Science Fiction Comics

Space Adventures
Once upon a time, comic book racks were filled with tales of intrepid space men and their intergalactic travels. Today's biggest comic titles are concerned with superheroes: crime fighting martial arts masters, mutants, even demons. There are still science fiction comics today, to be sure, and many of the mainstream comics use a number of sci-fi elements. Manga is especially rich with them. Even most earth-bound heroes seem to have wonderfully advanced technology, and aliens abound in the comic book universes; Superman himself came from another planet.

But the heyday of science fiction comics seems to be past. Left in the dust by the fantastic superheroes of the mainstream, sci-fi comics were most popular in the earlier half of the 20th century. Readers couldn't get enough of stories about spacemen, robots, time travel and aliens. Science fiction was hot stuff then, much hotter than it is now. It was the first time in history that humans could look to the moon, look at the stunning pace of technological advance, and actually believe that men might someday set foot upon it.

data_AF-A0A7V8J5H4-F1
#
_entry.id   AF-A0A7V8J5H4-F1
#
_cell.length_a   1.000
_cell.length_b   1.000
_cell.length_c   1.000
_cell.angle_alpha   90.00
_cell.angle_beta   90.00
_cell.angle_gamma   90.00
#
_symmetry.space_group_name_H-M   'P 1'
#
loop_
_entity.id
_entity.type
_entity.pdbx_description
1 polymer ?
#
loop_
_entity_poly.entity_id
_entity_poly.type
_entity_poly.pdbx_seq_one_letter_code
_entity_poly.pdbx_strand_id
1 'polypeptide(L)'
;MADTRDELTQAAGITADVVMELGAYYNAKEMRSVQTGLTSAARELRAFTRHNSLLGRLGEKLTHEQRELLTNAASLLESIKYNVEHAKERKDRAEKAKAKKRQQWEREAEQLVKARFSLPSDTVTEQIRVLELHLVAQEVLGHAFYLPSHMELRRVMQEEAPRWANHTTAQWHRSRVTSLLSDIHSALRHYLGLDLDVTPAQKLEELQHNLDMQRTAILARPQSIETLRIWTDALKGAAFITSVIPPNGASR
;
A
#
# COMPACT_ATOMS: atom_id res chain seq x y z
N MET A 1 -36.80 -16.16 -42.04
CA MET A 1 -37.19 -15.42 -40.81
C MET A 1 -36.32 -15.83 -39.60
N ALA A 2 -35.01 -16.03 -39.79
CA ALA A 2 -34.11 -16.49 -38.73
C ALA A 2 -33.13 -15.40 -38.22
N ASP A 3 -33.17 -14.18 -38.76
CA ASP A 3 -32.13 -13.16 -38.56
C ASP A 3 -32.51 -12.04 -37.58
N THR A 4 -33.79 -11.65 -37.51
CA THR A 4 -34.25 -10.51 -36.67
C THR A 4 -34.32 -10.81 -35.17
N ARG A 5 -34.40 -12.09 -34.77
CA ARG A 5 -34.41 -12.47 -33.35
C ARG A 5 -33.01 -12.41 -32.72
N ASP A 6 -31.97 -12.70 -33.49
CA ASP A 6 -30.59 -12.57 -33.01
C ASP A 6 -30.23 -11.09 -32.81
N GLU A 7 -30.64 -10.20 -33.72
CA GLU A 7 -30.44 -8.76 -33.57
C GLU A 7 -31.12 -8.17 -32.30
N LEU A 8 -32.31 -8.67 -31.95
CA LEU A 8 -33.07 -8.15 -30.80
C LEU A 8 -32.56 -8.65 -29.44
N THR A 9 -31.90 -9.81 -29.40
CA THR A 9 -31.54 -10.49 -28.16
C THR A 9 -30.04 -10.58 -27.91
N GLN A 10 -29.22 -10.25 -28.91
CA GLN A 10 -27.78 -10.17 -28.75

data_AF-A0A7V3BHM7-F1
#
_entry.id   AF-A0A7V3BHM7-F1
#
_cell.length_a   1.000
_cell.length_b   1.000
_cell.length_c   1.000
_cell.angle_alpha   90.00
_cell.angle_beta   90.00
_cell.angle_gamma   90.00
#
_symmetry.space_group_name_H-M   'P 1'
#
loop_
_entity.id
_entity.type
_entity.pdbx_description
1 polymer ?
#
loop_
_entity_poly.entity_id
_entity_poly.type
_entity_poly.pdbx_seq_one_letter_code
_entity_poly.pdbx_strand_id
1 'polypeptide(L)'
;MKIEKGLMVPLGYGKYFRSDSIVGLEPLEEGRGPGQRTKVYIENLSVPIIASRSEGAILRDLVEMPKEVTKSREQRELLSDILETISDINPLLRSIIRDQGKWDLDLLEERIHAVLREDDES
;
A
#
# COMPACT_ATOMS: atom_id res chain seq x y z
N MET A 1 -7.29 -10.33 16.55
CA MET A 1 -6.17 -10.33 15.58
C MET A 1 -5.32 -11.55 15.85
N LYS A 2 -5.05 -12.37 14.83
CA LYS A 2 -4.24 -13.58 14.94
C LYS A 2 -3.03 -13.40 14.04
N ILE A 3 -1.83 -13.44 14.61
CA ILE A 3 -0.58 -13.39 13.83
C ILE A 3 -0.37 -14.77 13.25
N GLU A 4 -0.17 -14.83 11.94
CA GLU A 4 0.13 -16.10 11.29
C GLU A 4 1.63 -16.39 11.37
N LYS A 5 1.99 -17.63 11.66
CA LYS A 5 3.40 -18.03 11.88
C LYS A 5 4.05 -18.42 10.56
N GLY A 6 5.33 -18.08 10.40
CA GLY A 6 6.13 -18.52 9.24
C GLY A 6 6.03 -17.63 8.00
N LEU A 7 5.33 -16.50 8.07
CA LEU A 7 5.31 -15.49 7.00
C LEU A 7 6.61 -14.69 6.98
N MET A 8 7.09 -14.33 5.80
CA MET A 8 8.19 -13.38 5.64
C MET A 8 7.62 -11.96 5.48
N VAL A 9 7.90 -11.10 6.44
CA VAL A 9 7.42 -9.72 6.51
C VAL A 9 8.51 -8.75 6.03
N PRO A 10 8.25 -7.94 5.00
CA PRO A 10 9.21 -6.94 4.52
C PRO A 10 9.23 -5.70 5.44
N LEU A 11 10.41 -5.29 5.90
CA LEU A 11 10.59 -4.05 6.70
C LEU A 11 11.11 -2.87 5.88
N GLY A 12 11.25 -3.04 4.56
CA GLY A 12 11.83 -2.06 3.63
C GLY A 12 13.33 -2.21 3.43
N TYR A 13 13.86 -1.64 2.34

Some of the earliest science fiction comics featured Buck Rogers, who made his first appearance in the August, 1928 issue of "Amazing Stories." Along with Flash Gordon, he was o­ne of the most famous spacemen of early comics. These heroes traveled to the future and to other planets. They did it without mutant powers, relying instead o­n their spaceships and futuristic gadgets.

Atomic War
For some reason, today's comic book fans just aren't as interested in space adventures. Maybe it's because in the years since the Golden Age of science fiction, humans have managed to actually launch spacecraft and land o­n the moon. As it turns out, it's really not all that exciting of a place. Our solar neighbors don't exactly have a whole lot to offer humanity, either. We've seen the reality, and it's not nearly as cool as the fiction.